California Labor Federation: Convention inspired by wave of organizing
The 2.1 million-member California Labor Federation kicked off its biennial convention here in mid-July with a special meeting featuring Chris Smalls from the Amazon Labor Union. The theme: How to organize the unorganized.
A state labor federation statement said that during the COVID-19 pandemic: “Workers were deemed ‘essential,’ but employers didn’t treat them that way.” Often with young workers in the lead, Amazon, Starbucks and many other places have now witnessed organizing drives — “the most exciting year labor’s seen in recent times. Members were clear they want a movement that’s about more than bread-and-butter issues like fair pay. They want economic justice, social justice, racial justice.”
Chris Smalls told the union crowd how a core group of organizers had, one step at a time, won union recognition for an 8,300-person warehouse in New York City on Staten Island.
He gave a few pointers: “You can’t rely on politicians . . . And you need to establish strongholds, where you go back again and again and consolidate your different bases in the workplace. Organizing is no joke; it’s like a full-time job.”
A Service Employees Union member in the audience told how he had worked for Uber as a ride-share driver. Then he got hired as an Amazon flex driver, using his own vehicle, and was misclassified as an independent contractor, working in two-hour blocks to deliver 40 to 60 packages, getting injured and not being told of his worker compensation benefits.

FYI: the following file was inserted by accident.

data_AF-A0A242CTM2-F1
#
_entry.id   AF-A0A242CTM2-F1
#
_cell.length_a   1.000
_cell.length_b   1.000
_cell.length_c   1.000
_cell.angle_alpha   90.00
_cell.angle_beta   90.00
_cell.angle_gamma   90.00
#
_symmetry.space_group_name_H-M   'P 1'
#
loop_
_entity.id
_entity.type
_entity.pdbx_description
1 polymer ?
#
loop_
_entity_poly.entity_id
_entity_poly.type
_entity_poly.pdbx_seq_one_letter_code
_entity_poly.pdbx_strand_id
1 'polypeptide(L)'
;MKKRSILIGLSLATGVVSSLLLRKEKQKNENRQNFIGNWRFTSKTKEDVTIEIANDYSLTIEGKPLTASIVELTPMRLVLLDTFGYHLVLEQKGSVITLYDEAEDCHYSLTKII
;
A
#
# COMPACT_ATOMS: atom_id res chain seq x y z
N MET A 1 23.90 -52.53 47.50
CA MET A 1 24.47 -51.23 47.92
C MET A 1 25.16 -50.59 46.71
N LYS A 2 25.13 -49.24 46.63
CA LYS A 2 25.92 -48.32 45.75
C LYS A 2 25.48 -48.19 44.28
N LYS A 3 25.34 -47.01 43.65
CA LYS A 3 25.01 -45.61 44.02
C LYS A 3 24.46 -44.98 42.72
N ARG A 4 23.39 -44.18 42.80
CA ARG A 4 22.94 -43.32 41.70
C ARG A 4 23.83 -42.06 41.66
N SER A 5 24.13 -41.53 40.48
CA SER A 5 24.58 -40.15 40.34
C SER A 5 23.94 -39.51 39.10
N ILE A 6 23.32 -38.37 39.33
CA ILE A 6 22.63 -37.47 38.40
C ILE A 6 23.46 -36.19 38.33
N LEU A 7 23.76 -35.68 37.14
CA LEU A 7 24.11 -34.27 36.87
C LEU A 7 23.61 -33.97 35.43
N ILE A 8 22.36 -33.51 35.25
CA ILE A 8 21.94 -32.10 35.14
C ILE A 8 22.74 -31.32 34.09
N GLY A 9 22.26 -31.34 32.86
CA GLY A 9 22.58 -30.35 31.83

Smalls responded, “The union is our family. Over time they see that. Over time we show them, in thousands of small meetings. They can see the power of the people when we come together.”
The newly elected head of the California Labor Federation is Lorena Gonzalez, the daughter of a farmworker and a nurse. “We are going to ruffle some feathers,” she said, “and you are not going to get any apologies.”
Gonzalez’s first act as Executive Secretary-Treasurer was to bring the United Farm Workers back into the Federation after a 16-year absence. The UFW, founded by people like César Chávez, Larry Itliong and Dolores Huerta, was forged out of unity between Filipino-American and Mexican-American farmworkers in the great historic 1965-1970 strike against the grape growers in Delano, California. Chávez was one of the first major civil rights leaders to support LGBTQ+ issues visibly and explicitly.